Office of External Affairs
Mountain-Prairie Region


U.S. Fish and Wildlife Service
Mountain-Prairie Region
134 Union Boulevard
Lakewood, Colorado 80228

September 14, 2010

Contacts:  Carol Aron 701-250-4402

                  Leith Edgar 303-236-4588





The U.S. Fish and Wildlife Service (Service) has determined that the Sprague’s pipit, a small grassland bird, warrants protection under the Endangered Species Act (Act), but that listing the species under the Act is precluded by the need to address other listing actions of a higher priority.  The Sprague’s pipit will be classified as a candidate species until a listing proposal can be prepared.  Candidate species do not receive statutory protection under the ESA, but are protected under the Migratory Bird Treaty Act.

The Service has completed a comprehensive status review – known as a 12-month finding – and determined that there is sufficient scientific and commercial data to propose listing the species as threatened or endangered throughout its range. However, the Service is precluded from beginning work immediately on a listing proposal because its limited resources must be devoted to other, higher priority actions.

The Sprague’s pipit both breeds and winters on the North American prairie.  The breeding range includes parts of Montana, North Dakota, South Dakota and Minnesota in the United States.  In Canada, Sprague’s pipits breed in parts of Alberta, Saskatchewan, and Manitoba.  The species’ wintering range includes parts of Arizona, Texas, southern Oklahoma, southern Arkansas, northwest Mississippi, southern Louisiana, and northern Mexico. 


The Sprague’s pipit is one of the few endemic species to the North American grasslands.  Once common, their numbers have now declined drastically.  Grassland birds have declined faster than any other avian group in North America.


The Service determined that the Sprague’s pipit is warranted for listing due to loss of habitat and the inadequacy of existing regulations to protect the habitat.


Sprague’s pipits require grassland habitat for both breeding and wintering.  Native prairie is one of the most imperiled ecosystems in the world, with a conversion rate faster than that of the Amazon rainforest.  In addition to direct conversion, prairie habitat is being fragmented, especially by energy (oil and gas and wind) development.  Sprague’s pipits require relatively large patches of prairie for nesting (estimated at between 170-776 acres).  They avoid non-prairie features in the landscape, so the impact of an object (for example, an oil and gas well) is much larger than the actual footprint of the feature.  Energy development is increasing rapidly throughout the breeding range of the Sprague’s pipit, a trend that is expected to continue. 

When a "warranted but precluded" finding is made for a species, the Service classifies it as a candidate for listing and reviews its status annually.  When a candidate species is proposed for listing, the public has an opportunity to provide scientific information.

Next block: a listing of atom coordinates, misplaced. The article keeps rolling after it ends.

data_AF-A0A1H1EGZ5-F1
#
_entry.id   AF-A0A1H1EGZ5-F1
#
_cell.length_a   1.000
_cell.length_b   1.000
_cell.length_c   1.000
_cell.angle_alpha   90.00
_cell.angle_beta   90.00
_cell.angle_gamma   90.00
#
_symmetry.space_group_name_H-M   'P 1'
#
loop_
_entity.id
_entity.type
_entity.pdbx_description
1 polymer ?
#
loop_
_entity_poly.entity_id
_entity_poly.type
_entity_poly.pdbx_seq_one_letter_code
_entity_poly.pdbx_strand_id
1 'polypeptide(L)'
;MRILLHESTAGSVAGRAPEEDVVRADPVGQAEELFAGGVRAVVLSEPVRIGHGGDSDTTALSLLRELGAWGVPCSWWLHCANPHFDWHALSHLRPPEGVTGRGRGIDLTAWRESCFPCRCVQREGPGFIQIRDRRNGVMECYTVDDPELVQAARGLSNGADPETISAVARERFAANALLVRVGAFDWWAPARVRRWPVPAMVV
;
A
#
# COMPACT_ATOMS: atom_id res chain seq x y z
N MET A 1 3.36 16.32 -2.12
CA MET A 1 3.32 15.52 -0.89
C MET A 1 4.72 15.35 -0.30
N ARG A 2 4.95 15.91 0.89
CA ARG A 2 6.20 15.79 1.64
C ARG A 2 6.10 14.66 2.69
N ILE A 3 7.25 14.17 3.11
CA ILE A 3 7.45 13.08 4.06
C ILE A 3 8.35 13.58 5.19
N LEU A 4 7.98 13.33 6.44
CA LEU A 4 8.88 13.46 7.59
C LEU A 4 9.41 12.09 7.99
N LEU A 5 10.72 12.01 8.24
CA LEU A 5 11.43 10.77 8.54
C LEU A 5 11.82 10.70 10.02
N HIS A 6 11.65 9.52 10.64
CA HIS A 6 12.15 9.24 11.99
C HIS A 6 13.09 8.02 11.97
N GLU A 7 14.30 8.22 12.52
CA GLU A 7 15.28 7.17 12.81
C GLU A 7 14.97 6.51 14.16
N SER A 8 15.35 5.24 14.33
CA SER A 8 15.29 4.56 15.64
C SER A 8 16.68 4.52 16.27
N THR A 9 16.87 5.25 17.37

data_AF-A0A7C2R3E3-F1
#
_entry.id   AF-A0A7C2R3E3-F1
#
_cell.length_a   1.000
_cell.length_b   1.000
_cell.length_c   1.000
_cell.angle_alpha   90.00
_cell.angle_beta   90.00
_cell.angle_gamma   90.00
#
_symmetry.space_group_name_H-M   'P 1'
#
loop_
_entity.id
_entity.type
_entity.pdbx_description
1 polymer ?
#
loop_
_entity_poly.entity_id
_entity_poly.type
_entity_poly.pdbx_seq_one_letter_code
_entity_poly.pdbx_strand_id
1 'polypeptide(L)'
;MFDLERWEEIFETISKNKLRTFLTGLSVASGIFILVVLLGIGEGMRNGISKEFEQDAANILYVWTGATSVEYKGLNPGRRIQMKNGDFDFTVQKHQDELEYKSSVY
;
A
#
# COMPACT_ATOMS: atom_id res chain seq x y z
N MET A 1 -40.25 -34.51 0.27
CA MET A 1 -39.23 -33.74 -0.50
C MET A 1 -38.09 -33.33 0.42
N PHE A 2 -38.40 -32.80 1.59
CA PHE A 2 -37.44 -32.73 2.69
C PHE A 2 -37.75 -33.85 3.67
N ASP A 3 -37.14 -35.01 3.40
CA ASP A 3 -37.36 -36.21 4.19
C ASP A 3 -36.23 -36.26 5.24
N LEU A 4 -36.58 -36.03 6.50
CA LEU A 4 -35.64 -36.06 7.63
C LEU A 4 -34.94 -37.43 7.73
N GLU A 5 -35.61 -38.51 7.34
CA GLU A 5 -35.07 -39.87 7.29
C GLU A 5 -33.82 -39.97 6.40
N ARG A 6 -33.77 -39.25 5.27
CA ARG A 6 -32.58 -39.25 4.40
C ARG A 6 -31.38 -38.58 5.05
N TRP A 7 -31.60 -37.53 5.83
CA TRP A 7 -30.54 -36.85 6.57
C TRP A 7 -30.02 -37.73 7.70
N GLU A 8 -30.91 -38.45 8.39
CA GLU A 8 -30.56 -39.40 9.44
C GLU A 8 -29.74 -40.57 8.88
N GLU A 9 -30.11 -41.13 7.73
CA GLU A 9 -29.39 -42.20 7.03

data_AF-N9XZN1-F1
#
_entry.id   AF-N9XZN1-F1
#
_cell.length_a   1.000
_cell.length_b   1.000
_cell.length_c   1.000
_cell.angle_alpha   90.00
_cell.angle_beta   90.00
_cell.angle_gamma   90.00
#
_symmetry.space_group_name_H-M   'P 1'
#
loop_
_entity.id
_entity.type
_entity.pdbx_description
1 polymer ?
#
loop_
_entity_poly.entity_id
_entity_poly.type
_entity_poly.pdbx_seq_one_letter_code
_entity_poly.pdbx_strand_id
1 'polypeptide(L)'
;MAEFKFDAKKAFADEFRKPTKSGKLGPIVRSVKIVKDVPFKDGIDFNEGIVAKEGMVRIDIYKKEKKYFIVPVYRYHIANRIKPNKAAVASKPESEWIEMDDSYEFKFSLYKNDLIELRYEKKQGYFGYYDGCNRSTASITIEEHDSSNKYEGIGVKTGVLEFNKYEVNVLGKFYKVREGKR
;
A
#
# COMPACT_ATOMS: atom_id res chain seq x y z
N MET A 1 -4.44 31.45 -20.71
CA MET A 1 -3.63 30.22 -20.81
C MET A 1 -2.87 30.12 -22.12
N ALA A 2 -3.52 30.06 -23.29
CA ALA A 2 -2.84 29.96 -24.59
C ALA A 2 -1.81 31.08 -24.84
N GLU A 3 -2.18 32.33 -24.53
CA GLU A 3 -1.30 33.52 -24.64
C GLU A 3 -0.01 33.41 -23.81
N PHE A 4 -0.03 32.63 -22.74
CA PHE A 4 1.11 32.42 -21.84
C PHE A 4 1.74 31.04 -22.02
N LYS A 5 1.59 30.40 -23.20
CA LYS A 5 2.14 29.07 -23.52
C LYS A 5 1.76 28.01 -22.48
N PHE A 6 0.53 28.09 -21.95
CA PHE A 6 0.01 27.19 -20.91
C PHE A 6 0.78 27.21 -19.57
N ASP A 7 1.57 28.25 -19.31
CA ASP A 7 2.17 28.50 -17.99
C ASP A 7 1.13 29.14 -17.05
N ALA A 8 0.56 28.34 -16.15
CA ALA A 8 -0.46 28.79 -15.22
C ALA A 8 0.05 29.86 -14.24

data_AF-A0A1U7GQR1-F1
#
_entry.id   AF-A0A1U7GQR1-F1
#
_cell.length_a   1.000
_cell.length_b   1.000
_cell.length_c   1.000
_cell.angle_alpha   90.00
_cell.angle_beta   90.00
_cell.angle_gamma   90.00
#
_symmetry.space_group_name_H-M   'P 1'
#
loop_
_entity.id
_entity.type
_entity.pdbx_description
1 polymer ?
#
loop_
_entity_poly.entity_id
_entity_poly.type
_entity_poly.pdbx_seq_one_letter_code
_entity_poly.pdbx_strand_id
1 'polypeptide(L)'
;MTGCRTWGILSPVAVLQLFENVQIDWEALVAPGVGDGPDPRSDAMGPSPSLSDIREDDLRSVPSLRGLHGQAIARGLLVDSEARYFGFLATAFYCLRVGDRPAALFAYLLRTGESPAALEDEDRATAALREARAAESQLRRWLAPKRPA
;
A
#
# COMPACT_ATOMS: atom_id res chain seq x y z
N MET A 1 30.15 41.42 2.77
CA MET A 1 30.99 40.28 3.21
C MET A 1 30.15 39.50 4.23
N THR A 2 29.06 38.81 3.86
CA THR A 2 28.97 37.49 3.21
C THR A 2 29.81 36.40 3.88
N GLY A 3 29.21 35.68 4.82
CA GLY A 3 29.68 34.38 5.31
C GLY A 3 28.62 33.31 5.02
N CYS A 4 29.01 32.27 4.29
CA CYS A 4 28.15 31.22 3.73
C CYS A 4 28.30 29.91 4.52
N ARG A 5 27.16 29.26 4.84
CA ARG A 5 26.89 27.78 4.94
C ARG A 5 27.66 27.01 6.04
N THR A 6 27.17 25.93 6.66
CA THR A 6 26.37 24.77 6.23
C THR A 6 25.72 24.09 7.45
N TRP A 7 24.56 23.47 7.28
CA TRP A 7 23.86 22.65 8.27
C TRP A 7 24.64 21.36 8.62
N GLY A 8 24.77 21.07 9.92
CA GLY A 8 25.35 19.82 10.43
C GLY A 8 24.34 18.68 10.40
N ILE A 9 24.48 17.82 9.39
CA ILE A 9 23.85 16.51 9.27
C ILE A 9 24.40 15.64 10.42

Sprague’s pipits have buff and blackish streaking on the crown, nape, and underparts, a short bill with a blackish upper mandible and a buffy face with a large eye ring.  Males and females are similar, as are juveniles, which are slightly smaller. 


Sprague’s pipits, their active nests, and eggs are protected by the Migratory Bird Treaty Act.  However, this law does not protect habitat.  Except for some discrete protected areas on the breeding and wintering grounds, prairie habitat is not protected anywhere on the range.  Since habitat loss is the main threat impacting the species, the Service does not consider the existing regulatory mechanisms to be sufficient to protect the species. 


Sprague’s pipits use grassland habitat almost exclusively throughout the year.  During the breeding season, Sprague’s pipits favor relatively large grassland patches.  The male has a high breeding flight display that can last up to three hours.  On the ground, Sprague’s pipits have very secretive behavior, landing several meters away from the nest and approaching on foot.  Surveys have found a long-term (approximately 40-year) population decline of approximately 3.9 percent annually.

The Service made today’s determination in response to a petition filed October 9, 2008 by WildEarth Guardians. The Service acknowledged receipt of the petition in a letter to the petitioners dated December 5, 2008, and advised that the petition finding would be completed in fiscal year 2009.  In January 2009, WildEarth Guardians filed a notice of intent to sue citing the Service’s failure to take action on the petition.  The Service completed an initial review on December 3, 2009 and concluded that the petition contained substantial information supporting a full study of the Sprague’s pipit’s status.  In a settlement agreement, the Service agreed to submit a 12-month status review finding to the Federal Register by September 10, 2010.

A copy of the finding and other information about the Sprague’s pipit is available on the Internet at,or by contacting the North Dakota Field Office, 3425 Miriam Avenue, Bismarck, ND 58501, 701-250-4481.


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